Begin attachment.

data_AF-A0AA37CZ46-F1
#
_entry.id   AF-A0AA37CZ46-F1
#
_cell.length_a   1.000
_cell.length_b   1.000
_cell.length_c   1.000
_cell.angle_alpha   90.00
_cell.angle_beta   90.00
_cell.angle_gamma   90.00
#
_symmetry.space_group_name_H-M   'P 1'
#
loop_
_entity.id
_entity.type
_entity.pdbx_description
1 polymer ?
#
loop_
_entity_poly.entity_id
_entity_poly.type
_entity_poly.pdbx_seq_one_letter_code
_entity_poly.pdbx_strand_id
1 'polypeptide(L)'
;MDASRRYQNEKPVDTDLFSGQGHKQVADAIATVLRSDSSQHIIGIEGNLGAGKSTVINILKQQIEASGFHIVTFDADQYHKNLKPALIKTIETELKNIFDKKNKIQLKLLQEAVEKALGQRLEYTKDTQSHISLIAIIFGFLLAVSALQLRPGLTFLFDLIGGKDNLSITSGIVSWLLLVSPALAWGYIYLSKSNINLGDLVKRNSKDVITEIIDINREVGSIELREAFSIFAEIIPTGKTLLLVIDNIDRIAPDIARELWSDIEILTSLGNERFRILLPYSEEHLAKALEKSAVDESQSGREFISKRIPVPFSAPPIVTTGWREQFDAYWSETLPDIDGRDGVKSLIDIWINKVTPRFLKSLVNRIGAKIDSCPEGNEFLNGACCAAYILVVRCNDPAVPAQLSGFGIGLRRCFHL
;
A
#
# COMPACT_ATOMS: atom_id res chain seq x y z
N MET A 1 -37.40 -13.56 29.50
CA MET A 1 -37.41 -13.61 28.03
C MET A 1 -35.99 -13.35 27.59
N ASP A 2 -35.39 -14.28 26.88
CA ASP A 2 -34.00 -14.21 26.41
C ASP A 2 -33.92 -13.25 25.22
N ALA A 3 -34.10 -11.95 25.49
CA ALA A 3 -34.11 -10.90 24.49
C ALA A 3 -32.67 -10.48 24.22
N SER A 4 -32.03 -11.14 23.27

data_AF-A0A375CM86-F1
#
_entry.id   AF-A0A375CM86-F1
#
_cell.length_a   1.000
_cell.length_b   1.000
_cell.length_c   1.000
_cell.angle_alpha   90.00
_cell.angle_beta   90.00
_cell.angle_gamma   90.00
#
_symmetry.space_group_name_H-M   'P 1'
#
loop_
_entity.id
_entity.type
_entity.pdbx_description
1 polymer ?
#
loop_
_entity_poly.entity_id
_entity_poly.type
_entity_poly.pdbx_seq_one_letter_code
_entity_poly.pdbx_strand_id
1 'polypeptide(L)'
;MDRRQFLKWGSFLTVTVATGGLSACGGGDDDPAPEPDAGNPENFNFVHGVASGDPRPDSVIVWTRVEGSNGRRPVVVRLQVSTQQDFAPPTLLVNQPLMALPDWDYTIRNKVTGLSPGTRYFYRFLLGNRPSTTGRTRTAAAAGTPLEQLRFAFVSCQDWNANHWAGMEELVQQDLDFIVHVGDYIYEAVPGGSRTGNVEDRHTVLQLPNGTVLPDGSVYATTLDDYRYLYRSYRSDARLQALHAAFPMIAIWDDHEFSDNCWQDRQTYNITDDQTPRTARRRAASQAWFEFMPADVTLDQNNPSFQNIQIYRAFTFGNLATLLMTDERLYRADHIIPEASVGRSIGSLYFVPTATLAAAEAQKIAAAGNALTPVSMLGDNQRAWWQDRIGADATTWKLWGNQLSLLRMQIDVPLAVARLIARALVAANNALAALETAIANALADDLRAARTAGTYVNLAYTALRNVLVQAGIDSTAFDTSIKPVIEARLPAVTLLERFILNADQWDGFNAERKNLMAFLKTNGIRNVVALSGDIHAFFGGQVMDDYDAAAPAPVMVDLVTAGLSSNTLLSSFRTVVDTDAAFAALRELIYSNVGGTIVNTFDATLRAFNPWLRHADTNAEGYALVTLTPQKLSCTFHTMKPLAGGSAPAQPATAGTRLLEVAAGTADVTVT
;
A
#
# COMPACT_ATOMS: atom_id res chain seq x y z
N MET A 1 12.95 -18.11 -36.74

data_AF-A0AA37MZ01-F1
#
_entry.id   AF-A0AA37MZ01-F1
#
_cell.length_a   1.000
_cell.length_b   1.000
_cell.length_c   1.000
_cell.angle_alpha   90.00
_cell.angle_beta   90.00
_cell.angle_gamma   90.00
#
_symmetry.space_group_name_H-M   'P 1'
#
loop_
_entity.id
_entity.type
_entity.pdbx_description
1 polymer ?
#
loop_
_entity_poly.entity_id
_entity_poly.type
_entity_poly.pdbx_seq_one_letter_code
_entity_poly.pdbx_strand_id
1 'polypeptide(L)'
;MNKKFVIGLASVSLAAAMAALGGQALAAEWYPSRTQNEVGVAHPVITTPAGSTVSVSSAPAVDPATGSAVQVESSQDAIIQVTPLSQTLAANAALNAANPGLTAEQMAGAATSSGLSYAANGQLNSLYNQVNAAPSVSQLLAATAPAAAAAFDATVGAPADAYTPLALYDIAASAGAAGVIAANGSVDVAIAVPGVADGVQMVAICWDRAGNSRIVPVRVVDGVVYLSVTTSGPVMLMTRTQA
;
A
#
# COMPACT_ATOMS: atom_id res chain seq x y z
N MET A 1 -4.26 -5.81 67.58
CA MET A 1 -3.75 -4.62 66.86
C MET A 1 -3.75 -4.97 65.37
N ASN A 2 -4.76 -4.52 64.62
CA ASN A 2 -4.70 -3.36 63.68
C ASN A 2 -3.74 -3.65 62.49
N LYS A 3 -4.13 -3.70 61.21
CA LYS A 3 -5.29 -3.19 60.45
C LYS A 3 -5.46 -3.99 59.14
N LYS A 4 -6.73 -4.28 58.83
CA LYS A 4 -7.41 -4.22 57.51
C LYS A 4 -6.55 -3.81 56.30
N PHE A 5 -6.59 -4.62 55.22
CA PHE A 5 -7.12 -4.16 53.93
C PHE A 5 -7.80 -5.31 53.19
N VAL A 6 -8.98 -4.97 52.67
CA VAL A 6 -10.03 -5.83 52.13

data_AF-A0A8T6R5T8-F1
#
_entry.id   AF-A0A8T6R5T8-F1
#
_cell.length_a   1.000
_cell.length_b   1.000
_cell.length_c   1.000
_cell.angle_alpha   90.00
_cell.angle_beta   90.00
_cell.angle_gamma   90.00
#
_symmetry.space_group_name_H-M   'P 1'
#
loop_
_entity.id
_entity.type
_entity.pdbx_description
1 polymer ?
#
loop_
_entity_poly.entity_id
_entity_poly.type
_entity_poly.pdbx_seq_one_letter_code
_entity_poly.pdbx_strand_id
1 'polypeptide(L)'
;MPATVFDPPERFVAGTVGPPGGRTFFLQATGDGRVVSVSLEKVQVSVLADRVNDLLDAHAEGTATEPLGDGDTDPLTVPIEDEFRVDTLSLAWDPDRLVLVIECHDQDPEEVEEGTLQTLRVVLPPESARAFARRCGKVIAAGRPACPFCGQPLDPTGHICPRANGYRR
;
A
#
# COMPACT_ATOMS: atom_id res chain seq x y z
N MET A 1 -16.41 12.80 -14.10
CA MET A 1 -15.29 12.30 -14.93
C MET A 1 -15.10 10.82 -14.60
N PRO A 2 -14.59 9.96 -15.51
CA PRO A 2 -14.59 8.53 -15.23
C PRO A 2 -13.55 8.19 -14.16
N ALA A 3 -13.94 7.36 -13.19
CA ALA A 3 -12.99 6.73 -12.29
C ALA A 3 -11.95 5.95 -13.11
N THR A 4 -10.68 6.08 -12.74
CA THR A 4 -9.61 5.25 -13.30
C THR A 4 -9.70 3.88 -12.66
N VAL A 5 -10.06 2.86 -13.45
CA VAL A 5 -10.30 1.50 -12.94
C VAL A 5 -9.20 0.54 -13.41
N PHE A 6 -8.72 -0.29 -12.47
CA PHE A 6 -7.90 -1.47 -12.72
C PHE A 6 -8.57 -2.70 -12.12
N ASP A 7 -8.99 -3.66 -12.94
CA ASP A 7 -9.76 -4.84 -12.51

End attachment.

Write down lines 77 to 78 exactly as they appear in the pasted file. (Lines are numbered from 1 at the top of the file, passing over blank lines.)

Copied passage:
_cell.length_b   1.000
_cell.length_c   1.000